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A tough place to be a bear

Firm handshakes rather than hugs

June 01,2003
The following is a tip on traditional Korean language and customs in response to a query from a Mr. Hurlbert, who wrote to us from Seoul:

Q. Ms. Hurlbert:
In the United States, where I grew up, everyone hugs these days: close relatives, sports teammates, even on occasion strangers. Sometimes I think we Americans hug too much. But I never see Koreans hug. A hearty handshake seems to do it. It’s almost as if Koreans are afraid to get physically close. I know it’s probably a cultural thing, this uneasiness about hugging, but many Koreans are now traveling abroad where hugging is an accepted part of the landscape.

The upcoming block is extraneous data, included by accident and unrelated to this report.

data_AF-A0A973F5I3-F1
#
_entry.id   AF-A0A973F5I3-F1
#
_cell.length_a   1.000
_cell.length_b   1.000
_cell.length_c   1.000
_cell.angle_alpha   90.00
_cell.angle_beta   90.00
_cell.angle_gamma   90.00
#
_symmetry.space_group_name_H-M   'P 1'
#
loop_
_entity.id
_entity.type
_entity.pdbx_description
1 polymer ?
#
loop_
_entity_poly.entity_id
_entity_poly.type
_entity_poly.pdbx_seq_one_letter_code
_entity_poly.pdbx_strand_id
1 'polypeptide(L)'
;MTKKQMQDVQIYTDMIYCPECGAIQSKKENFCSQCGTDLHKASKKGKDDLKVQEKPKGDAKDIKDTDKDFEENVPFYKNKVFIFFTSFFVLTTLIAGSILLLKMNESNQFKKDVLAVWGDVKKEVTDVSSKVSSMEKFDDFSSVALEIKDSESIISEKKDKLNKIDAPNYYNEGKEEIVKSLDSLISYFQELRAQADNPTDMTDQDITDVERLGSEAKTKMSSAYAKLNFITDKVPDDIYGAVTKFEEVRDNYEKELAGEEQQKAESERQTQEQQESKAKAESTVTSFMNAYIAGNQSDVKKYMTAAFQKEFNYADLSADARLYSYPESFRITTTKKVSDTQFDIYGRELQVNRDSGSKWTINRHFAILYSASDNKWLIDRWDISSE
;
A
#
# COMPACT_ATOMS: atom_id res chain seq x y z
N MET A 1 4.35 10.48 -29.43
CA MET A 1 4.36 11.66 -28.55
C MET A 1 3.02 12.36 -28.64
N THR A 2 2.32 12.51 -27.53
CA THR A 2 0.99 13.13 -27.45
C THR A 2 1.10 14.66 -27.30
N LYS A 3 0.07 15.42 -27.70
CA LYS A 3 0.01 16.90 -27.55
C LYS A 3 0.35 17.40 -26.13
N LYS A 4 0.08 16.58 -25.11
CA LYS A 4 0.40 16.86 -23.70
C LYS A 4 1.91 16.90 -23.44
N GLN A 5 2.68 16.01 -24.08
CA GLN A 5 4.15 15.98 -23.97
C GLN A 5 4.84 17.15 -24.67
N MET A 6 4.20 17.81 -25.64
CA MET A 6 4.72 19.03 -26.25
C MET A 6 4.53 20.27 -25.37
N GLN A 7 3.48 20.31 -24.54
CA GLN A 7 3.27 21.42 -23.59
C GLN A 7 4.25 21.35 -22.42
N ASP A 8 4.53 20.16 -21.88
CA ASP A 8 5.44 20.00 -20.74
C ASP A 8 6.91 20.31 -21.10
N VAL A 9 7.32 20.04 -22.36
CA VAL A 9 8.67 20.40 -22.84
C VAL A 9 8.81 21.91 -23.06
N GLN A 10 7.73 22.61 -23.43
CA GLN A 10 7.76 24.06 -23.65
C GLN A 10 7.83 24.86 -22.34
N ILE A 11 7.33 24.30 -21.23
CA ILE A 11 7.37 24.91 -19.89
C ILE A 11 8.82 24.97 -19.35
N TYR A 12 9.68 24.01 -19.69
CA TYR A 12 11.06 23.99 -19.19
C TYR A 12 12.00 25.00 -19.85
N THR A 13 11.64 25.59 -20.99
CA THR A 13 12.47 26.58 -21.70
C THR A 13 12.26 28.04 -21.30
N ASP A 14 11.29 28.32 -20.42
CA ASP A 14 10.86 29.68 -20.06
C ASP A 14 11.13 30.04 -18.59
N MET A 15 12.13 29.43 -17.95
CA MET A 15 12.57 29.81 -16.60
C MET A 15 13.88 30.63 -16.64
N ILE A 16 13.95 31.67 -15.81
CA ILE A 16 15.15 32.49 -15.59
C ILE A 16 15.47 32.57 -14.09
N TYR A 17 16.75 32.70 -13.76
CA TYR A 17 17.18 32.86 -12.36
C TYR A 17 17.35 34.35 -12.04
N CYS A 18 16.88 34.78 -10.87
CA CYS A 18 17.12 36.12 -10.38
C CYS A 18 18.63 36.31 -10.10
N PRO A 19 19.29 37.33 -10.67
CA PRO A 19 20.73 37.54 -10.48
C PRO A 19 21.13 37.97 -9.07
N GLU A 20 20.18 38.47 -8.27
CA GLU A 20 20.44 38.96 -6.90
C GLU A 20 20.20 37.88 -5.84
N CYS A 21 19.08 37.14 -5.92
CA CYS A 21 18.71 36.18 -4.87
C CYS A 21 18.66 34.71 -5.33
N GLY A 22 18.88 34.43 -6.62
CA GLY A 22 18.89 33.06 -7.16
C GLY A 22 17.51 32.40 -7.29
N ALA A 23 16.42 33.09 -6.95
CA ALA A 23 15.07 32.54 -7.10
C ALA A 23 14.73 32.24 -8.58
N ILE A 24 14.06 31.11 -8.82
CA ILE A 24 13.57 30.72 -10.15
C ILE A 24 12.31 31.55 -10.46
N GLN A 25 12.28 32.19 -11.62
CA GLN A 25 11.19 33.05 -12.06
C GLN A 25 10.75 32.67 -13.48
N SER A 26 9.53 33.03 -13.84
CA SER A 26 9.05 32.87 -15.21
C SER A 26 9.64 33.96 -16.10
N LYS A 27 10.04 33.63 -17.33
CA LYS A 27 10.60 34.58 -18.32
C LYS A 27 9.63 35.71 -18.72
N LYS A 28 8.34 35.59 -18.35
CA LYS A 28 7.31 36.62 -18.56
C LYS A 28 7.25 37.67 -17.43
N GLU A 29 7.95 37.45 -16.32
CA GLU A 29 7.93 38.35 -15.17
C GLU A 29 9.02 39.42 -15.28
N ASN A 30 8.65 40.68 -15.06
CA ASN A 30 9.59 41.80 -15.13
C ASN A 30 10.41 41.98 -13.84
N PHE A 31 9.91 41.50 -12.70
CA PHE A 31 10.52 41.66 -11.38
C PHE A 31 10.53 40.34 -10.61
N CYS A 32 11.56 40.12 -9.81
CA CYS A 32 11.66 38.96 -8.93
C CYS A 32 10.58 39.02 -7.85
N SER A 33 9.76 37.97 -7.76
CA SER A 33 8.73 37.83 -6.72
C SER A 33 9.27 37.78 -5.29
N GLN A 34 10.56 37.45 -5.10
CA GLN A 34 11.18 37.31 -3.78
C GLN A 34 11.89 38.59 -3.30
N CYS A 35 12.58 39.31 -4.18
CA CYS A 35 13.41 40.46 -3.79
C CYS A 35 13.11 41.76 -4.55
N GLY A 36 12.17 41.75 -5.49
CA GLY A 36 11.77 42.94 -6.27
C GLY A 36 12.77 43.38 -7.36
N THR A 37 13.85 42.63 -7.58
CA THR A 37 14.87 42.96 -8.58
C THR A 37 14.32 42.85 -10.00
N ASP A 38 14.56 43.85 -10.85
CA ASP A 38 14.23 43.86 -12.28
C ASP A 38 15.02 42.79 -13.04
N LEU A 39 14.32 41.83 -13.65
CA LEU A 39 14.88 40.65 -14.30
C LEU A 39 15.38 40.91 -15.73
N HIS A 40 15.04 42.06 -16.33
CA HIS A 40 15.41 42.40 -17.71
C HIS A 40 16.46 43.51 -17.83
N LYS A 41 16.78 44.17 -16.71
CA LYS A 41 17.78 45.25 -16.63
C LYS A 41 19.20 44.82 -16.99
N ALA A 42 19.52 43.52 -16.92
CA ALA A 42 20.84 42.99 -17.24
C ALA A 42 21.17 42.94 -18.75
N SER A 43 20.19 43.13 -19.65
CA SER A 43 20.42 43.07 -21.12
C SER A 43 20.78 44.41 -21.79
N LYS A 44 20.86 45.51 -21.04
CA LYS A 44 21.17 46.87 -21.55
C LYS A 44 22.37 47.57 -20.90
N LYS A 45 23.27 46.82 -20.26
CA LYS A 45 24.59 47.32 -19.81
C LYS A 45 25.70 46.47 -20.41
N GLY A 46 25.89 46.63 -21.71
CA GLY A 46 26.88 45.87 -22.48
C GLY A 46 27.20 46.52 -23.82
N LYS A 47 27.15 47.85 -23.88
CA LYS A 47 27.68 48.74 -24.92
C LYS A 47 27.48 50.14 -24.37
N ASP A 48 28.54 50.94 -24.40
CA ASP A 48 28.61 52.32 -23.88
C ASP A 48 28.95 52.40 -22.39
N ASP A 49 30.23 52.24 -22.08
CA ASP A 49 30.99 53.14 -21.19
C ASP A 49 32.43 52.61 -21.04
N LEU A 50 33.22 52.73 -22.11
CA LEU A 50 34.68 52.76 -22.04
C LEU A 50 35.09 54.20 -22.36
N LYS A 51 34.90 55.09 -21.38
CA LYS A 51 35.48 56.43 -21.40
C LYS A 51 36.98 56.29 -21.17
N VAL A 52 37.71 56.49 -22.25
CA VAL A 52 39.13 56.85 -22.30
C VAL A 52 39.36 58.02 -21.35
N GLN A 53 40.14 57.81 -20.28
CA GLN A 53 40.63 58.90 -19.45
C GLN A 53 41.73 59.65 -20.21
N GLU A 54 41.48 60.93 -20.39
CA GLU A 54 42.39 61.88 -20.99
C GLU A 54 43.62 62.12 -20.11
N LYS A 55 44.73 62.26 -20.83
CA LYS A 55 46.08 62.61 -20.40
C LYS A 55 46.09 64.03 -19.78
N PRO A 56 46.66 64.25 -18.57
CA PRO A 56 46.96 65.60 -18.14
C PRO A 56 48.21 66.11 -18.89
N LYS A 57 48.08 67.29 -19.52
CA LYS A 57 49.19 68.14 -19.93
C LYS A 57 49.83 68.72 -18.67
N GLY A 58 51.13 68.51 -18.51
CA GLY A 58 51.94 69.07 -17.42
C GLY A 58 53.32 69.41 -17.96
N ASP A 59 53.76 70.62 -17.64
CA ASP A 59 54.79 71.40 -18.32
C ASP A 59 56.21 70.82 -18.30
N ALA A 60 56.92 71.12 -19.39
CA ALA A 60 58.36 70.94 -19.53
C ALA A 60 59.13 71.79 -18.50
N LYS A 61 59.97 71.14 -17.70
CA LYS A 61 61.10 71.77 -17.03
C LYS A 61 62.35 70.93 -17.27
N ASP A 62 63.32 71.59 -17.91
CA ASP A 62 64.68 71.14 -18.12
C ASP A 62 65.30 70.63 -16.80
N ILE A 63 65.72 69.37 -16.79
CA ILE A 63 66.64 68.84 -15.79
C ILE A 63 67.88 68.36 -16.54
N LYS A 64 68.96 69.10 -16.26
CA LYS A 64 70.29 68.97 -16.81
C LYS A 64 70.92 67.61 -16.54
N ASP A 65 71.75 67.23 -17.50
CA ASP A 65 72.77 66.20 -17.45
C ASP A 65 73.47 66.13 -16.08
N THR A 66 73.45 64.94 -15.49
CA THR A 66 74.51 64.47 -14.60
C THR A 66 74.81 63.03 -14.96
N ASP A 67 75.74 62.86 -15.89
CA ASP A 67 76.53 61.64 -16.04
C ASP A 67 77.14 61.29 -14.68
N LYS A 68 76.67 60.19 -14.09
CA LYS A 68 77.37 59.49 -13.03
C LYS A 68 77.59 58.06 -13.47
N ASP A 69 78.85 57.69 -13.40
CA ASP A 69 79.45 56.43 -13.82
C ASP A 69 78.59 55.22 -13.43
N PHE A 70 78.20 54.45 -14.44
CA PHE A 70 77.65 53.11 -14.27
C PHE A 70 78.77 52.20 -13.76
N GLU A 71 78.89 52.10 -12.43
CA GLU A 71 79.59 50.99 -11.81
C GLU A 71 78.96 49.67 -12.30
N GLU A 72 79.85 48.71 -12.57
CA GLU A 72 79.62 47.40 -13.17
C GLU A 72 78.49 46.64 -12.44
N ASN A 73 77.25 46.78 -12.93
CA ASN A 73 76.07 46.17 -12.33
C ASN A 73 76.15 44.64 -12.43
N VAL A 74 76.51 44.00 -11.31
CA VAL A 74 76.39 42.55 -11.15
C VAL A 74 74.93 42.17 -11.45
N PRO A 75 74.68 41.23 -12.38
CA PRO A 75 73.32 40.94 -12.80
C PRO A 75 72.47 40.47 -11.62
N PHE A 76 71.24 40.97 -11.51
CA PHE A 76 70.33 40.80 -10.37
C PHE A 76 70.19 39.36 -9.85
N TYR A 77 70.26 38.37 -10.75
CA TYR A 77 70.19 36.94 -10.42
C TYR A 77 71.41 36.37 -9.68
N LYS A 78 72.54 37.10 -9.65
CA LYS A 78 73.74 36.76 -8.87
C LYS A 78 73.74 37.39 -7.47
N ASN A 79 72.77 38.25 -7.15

Do you think hugging will ever really catch on in Korea?

A. IHT-JAD:
Most Koreans find casual hugging uncomfortable, as hugging is considered a powerful emotional gesture. When family members are reunited after years apart, for example, they will hug in public. An increasing number of Koreans who have spent a long time abroad are used to the Western custom of greeting and welcoming, however, so ever so gradually Koreans are getting used to it.


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